Joe Patrice: There is a happy ending. Soon after this story came to light, the school successfully got a hold of the professor and we have grades now, I think everyone can move on. But yeah, it was a bit of a little fire drill there where nobody knew what was going to happen. Because if you have a bunch of exams from a course and then that professor isn’t there to grade it, what do you do? Even if you say —
Kathryn Rubino: It’s like the apple falls in the wood and no one is there to grade the exam, did it even happen?
Joe Patrice: Yeah, obviously you would turn it into some kind of a pass/fail, but you still need somebody to read it to figure out if anyone failed. So you’d have to build your own new rubric about a course you didn’t teach and the questions you didn’t write.
Chris Williams: You know how they’re like those unspoken rules where everybody knows nobody knows the origins, like if the teacher doesn’t show up to 15 minutes, you get to leave. Or like I think it’s an undergrad if your roommate dies, you get like an A. One of what happen is if there’s some unknown known code for if a teacher plays a — and just ghosts everyone like a beaver —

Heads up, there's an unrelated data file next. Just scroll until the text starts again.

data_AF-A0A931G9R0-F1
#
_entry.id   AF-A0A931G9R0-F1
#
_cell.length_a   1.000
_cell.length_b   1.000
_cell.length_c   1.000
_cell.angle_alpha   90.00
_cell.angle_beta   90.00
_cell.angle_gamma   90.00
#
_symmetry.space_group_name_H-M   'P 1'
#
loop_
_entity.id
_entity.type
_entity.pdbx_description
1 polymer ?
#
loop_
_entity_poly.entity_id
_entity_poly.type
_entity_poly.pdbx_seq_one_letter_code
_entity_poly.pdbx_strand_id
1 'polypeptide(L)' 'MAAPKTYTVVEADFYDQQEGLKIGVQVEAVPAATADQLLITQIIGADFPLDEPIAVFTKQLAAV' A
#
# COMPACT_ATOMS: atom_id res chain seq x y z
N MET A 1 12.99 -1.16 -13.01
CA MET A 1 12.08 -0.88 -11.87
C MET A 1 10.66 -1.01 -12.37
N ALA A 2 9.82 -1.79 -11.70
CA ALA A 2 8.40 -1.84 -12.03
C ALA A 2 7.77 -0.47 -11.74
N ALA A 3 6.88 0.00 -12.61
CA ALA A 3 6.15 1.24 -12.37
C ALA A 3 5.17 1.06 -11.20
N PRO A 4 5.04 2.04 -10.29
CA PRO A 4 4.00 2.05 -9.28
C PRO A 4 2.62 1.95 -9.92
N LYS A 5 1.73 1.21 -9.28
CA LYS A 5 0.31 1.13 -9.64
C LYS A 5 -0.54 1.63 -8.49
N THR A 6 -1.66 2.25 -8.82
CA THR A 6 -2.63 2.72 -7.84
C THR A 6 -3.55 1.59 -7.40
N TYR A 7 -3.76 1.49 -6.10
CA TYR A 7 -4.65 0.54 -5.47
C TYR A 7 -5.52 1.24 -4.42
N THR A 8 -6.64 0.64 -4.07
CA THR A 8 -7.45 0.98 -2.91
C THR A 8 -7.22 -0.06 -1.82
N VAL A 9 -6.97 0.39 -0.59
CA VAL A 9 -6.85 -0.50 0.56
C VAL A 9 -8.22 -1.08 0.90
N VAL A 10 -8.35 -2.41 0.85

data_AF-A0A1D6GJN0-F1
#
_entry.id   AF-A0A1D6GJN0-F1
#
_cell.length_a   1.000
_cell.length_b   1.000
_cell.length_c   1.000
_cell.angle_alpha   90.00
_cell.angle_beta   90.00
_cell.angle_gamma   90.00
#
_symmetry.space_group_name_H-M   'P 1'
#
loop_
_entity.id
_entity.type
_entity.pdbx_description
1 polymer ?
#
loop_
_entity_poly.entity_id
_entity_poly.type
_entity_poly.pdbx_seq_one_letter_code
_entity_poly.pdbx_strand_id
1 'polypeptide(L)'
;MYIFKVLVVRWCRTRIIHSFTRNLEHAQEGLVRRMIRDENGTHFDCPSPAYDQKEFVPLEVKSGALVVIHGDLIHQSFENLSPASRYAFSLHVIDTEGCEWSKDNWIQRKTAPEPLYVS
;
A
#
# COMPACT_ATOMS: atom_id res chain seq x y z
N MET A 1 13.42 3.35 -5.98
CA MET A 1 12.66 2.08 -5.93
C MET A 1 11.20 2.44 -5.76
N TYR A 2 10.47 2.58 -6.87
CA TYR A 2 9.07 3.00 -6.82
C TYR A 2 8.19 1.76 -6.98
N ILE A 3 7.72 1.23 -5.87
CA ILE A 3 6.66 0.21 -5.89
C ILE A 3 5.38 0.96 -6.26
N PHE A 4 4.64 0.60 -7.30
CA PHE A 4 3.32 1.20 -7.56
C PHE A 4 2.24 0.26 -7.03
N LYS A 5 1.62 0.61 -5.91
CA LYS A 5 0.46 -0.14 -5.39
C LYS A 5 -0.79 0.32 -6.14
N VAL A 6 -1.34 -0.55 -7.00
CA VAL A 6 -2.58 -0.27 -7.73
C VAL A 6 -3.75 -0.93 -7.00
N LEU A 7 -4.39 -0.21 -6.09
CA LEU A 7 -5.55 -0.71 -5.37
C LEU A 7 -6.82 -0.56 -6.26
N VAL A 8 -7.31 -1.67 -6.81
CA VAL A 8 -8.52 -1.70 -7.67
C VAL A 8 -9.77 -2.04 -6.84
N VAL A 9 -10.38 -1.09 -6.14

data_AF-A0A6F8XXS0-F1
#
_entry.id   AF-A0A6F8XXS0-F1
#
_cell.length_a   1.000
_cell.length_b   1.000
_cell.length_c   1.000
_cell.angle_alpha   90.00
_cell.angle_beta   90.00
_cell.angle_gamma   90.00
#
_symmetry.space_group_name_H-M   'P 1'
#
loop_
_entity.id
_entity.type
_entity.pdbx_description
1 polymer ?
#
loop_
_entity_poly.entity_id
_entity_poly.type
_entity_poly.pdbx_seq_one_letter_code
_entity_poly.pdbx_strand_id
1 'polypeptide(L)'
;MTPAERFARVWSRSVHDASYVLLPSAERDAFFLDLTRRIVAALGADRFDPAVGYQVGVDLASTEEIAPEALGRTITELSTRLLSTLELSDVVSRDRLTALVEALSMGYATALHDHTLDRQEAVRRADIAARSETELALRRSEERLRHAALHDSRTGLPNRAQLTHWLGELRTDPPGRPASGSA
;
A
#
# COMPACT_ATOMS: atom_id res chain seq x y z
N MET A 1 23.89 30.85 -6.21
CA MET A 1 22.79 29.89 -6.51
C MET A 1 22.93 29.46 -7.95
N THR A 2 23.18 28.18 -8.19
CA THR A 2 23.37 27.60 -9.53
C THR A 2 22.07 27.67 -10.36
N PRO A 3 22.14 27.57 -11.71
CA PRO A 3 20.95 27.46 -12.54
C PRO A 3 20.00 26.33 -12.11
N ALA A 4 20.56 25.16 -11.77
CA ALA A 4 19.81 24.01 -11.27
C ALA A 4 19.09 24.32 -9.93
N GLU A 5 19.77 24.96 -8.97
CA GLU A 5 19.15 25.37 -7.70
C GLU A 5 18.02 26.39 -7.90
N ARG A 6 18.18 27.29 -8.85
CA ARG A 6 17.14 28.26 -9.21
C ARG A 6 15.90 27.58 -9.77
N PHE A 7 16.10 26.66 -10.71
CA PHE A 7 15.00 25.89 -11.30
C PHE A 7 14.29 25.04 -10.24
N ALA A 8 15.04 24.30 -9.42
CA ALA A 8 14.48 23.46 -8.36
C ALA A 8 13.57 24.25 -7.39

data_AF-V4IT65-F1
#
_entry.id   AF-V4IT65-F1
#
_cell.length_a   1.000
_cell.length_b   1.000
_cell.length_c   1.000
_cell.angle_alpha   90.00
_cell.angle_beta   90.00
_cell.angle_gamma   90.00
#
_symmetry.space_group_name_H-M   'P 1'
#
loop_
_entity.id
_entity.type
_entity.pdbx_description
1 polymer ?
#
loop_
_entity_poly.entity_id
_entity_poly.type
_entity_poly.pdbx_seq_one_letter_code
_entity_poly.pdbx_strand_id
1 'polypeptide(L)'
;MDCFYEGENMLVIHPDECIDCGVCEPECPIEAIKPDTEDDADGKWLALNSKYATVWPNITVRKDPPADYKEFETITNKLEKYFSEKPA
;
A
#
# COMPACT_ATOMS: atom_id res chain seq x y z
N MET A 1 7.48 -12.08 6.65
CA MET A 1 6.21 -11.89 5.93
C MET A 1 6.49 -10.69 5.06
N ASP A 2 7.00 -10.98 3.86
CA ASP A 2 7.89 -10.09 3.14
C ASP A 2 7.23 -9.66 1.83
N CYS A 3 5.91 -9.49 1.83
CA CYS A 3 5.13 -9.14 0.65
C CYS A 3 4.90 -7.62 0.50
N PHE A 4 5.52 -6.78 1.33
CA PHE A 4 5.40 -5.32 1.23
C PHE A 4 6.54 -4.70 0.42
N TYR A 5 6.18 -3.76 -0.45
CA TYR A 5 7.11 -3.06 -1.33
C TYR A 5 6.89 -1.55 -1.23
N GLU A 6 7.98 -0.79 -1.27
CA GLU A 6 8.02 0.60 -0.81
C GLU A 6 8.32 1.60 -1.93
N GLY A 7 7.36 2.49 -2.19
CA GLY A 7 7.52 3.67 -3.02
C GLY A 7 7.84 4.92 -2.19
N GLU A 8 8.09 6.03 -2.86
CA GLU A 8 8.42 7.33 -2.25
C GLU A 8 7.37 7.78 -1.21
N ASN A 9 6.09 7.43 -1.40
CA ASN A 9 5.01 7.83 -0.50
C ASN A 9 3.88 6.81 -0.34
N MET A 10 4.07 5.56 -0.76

Kathryn Rubino: Everyone passes, yeah.
Chris Williams: Everyone passes the flying sea.
Joe Patrice: Yeah. Thankfully, it come to a conclusion. And one thing that I made a note of is if things are not going UCLA’s way these days, but given credit for being upfront and keeping people informed, they quickly told people, “Hey, here, sorry, we’ve released a bunch of GPAs.” They seemed very upfront that they were making every effort to get a hold of this person and just couldn’t find them. So the schools at least not trying to hide the ball on everybody, so that’s great.